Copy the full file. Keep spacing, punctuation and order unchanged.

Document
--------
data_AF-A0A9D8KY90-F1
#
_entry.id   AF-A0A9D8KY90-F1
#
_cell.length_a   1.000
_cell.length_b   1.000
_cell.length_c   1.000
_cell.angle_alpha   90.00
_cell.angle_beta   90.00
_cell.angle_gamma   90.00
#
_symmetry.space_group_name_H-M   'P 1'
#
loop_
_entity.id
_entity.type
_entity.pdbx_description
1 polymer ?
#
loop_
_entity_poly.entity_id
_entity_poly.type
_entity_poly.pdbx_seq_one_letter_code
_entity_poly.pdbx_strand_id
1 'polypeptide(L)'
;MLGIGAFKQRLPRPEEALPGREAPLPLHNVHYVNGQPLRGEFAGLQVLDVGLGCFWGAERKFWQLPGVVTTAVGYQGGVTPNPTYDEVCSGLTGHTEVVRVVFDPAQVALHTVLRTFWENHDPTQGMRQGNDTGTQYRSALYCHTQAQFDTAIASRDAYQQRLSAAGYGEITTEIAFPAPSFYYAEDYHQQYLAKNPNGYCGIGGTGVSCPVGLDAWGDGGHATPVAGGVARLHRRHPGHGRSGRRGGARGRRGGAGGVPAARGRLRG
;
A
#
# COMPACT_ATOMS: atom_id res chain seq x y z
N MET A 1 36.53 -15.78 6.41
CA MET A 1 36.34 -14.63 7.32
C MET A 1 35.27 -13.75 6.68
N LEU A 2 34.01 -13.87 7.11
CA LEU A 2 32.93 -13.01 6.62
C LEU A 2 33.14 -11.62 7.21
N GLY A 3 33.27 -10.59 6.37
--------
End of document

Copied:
data_AF-A0A9D8KY90-F1
#
_entry.id   AF-A0A9D8KY90-F1
#
_cell.length_a   1.000
_cell.length_b   1.000
_cell.length_c   1.000
_cell.angle_alpha   90.00
_cell.angle_beta   90.00
_cell.angle_gamma   90.00
#
_symmetry.space_group_name_H-M   'P 1'
#
loop_
_entity.id
_entity.type
_entity.pdbx_description
1 polymer ?
#
loop_
_entity_poly.entity_id
_entity_poly.type
_entity_poly.pdbx_seq_one_letter_code
_entity_poly.pdbx_strand_id
1 'polypeptide(L)'
;MLGIGAFKQRLPRPEEALPGREAPLPLHNVHYVNGQPLRGEFAGLQVLDVGLGCFWGAERKFWQLPGVVTTAVGYQGGVTPNPTYDEVCSGLTGHTEVVRVVFDPAQVALHTVLRTFWENHDPTQGMRQGNDTGTQYRSALYCHTQAQFDTAIASRDAYQQRLSAAGYGEITTEIAFPAPSFYYAEDYHQQYLAKNPNGYCGIGGTGVSCPVGLDAWGDGGHATPVAGGVARLHRRHPGHGRSGRRGGARGRRGGAGGVPAARGRLRG
;
A
#
# COMPACT_ATOMS: atom_id res chain seq x y z
N MET A 1 36.53 -15.78 6.41
CA MET A 1 36.34 -14.63 7.32
C MET A 1 35.27 -13.75 6.68
N LEU A 2 34.01 -13.87 7.11
CA LEU A 2 32.93 -13.01 6.62
C LEU A 2 33.14 -11.62 7.21
N GLY A 3 33.27 -10.59 6.37